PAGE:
• human rights compliance and the adoption of measures aimed at combating discrimination against women,
  • compliance with International Labour Organization (ILO) standards on working conditions,
  • child labour and forced labour,
  • the use of environmentally harmful chemicals.

Mining

Mining extracts raw materials such as coal, gold and diamonds. Although these materials are essential in many economic sectors, mining projects often have a negative impact on the environment and local populations.

When making decisions on transactions and business relationships in the mining sector, Commerzbank therefore generally takes into account:

  • the mining methods used by the company (e.g. environmental pollution from toxic chemicals, processing of mining waste);
  • protection of High Conservation Value Areas (HCVAs) and UNESCO World Cultural Heritage sites or similar protected areas (if applicable, with the involvement of local specialists or NGOs);
  • compliance with human rights, and especially the rights of local communities and indigenous peoples;
  • compliance with minimum standards for occupational health and safety and the International Labour Organization (ILO) standards for working conditions;
  • implementation of environmental restoration measures.

Precious metals

Commerzbank has adopted the guidelines of the Organization for Economic Co-operation and Development (OECD) for responsible handling of precious metals from conflict regions and implemented them throughout the Bank. Raw materials are purchased only from suppliers who implement these or comparable regulations.

Diamonds

When trading diamonds the bank checks that the origin of diamonds is in accordance with the Kimberley process.

Coal mining

For the coal sector, Commerzbank has implemented a binding guideline that was adopted by the Board of Managing Directors. It covers the main elements of the process chain, from coal extraction to coal-fired electricity generation at power plants. The guideline sets forth the following exclusion criteria:

  • Commerzbank does not finance projects for new coal mines.
  • Commerzbank does not finance any mining projects involving mountaintop removal mining (MTR). In this method, mountaintops are removed by blasting in order to gain access to the coal below. Mountaintop removal mining is the subject of criticism due to its impact on nature, animals and the health of residents. Companies that employ this method to produce coal are not permitted to maintain or establish a business relationship with Commerzbank.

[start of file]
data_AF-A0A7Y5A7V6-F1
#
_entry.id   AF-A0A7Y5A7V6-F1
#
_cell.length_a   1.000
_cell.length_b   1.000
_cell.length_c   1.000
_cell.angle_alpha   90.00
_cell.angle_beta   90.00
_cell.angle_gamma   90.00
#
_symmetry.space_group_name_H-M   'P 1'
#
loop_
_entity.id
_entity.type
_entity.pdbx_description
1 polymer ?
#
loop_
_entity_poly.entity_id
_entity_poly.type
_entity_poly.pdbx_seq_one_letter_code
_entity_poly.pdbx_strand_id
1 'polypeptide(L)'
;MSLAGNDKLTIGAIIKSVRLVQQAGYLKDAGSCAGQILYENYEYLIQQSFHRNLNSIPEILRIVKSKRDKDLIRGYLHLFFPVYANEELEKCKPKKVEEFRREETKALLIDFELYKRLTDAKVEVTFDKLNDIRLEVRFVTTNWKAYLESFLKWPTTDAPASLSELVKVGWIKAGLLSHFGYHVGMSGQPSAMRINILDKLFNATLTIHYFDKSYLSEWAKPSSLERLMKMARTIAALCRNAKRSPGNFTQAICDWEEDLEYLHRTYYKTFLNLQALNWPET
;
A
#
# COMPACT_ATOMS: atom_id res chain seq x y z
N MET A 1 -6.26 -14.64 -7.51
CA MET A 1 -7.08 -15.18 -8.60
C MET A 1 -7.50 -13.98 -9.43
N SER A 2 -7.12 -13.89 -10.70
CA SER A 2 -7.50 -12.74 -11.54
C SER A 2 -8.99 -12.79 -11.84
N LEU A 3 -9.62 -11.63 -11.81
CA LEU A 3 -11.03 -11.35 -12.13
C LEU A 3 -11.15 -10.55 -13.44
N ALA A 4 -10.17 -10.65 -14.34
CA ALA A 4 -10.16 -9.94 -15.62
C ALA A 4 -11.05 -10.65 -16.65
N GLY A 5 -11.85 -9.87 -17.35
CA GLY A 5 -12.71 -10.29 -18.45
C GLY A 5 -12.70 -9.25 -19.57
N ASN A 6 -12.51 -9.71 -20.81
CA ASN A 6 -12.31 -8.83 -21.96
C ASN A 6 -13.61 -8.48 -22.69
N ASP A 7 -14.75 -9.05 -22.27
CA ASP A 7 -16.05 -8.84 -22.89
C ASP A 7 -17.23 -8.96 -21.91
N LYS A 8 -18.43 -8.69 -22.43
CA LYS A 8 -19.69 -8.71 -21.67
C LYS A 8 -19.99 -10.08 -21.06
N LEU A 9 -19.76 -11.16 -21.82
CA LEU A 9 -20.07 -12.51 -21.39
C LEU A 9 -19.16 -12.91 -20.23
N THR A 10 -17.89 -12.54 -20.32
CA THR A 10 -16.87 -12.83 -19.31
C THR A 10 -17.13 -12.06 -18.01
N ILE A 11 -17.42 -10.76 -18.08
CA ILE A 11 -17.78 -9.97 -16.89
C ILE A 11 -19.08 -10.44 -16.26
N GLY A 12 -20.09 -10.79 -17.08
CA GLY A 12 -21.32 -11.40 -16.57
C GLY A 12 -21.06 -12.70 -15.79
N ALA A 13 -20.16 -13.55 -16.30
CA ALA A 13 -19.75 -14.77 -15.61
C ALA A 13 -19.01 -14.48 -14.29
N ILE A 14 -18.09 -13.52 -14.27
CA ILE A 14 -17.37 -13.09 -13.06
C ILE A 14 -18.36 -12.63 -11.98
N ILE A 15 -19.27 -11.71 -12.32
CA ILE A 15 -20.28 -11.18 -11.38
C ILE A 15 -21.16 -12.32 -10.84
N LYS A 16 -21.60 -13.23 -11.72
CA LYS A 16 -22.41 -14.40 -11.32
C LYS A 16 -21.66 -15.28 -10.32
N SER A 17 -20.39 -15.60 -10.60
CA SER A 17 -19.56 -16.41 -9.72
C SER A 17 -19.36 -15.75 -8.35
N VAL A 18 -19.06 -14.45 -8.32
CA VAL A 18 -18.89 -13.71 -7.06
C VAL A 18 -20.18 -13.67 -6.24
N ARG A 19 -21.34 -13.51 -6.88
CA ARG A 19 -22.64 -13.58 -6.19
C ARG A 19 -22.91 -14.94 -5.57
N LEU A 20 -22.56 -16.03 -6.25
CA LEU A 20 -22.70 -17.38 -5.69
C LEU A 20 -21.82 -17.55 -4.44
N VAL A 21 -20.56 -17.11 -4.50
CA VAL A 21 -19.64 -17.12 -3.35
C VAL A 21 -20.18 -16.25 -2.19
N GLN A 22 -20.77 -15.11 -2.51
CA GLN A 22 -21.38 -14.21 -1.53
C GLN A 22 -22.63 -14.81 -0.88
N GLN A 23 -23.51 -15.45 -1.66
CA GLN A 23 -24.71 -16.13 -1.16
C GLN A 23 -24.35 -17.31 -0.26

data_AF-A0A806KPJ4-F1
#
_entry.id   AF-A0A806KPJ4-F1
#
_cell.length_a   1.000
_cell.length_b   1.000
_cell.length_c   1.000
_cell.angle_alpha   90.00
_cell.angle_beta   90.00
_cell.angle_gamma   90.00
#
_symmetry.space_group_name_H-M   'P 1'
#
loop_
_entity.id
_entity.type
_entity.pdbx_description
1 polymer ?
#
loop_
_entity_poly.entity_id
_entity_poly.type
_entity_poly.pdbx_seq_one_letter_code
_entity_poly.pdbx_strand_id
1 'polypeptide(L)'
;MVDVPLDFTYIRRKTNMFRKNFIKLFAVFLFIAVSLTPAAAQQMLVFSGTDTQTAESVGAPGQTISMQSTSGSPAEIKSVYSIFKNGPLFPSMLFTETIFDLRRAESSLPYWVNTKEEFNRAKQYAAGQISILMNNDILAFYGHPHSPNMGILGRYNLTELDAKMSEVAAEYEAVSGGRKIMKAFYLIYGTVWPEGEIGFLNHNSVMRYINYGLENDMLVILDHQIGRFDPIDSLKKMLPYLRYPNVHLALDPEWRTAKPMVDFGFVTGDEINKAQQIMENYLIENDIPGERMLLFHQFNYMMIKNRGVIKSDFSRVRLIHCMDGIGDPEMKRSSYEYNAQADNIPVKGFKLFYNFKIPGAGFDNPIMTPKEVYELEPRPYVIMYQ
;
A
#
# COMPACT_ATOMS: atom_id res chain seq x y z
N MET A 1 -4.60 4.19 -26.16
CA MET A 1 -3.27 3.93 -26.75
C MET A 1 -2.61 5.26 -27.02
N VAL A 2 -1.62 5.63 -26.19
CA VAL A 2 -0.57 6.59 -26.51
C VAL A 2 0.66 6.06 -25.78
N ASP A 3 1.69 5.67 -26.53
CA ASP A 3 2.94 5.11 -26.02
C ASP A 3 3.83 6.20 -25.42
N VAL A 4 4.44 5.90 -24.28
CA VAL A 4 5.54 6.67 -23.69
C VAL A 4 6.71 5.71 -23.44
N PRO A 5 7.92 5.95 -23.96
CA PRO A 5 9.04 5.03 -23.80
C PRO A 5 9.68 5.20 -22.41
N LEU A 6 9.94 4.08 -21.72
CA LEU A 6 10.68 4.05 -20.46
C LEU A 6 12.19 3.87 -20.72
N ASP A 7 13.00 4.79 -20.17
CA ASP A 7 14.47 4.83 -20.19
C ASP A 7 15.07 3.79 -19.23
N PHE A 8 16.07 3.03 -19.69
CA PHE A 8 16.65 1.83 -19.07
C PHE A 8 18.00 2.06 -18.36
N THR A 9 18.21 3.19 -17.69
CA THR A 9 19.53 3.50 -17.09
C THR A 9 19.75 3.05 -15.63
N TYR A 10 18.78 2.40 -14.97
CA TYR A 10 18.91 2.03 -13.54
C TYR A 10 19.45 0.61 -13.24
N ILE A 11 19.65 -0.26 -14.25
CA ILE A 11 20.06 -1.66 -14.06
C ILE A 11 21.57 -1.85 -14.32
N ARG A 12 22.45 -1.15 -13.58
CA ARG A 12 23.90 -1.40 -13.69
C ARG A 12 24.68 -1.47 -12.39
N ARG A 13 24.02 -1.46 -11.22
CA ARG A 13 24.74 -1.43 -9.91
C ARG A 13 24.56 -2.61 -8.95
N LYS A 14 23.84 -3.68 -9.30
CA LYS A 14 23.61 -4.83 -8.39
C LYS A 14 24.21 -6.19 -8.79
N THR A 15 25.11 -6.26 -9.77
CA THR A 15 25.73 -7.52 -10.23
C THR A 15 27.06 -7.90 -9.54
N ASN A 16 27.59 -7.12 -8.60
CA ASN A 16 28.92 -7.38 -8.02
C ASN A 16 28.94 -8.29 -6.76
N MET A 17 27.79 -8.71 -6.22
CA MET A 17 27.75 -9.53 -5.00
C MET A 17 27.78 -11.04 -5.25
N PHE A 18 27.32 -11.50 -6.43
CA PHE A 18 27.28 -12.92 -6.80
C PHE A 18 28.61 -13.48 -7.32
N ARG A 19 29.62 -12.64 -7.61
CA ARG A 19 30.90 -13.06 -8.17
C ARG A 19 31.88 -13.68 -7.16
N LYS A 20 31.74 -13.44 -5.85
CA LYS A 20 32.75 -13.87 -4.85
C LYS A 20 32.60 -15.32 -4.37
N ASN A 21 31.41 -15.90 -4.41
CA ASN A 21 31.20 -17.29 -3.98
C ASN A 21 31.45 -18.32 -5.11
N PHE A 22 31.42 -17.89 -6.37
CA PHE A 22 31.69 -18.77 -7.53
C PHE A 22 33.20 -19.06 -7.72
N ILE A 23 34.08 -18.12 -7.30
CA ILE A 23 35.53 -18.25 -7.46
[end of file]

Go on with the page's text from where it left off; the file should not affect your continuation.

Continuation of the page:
Uranium mining

Commerzbank does not finance uranium mines.

Energy

Energy production is associated with various risks. Apart from the risks to people and the environment inherent in the various energy sources, problems frequently arise with regard to the expulsion of indigenous peoples or the destruction of conservation areas to build new power stations.

Commerzbank therefore generally takes into account the following factors in connection with transactions and business relationships involving the energy sector:

  • implementation of environmental impact assessments;
  • protection of High Conservation Value Areas (HCVAs) and UNESCO World Cultural Heritage sites or similar protected areas (if applicable, with the involvement of local specialists or NGOs);
  • compliance with human rights (especially the rights of local communities and indigenous peoples).

In particular, Commerzbank investigates energy production involving coal-fired, nuclear and hydroelectric power.

Coal power

Coal remains an important energy source in many regions of the world. However, coal mining has negative effects on the environment and the health of workers and local residents. Moreover, the burning of coal has a substantial impact on climate change. Germany intends to abandon coal-fired electric power generation almost entirely by 2050.

To support this development, the Board of Managing Directors of Commerzbank has passed a binding guideline on coal. It covers the main elements of the process chain, from coal extraction to coal-fired electricity generation at power plants. It applies in addition to the positions and policies generally applicable to the mining and energy sectors.

Coal-related infrastructure projects

  • Coal-related infrastructure projects (e.g. the expansion of rail networks or transshipment ports) are reviewed on a case-by-case basis in regard to environmental and social risks. The review can lead to the rejection of a transaction.

Coal-fired power plants

  • Commerzbank does not finance the construction of new coal-fired power plants.
  • Transactions related to the delivery of individual power plant components, in particular modernisation measures, are possible. They are subject to a critical review on a case-by-case basis that may lead to the rejection of a transaction. Be-sides environmental and social risks, the review is based, among other sources, on the regulations of the Organisation for Economic Co-operation and Development (OECD), for example with regard to the efficiency level of the power plant and the recipient country concerned.

Energy suppliers

  • Commerzbank expects German clients from the energy supply sector to limit the share of electricity generated from coal (based on their production performance) to below 30 per cent by the end of 2021.
  • A corresponding cap of 50 per cent is expected for clients based outside Germany.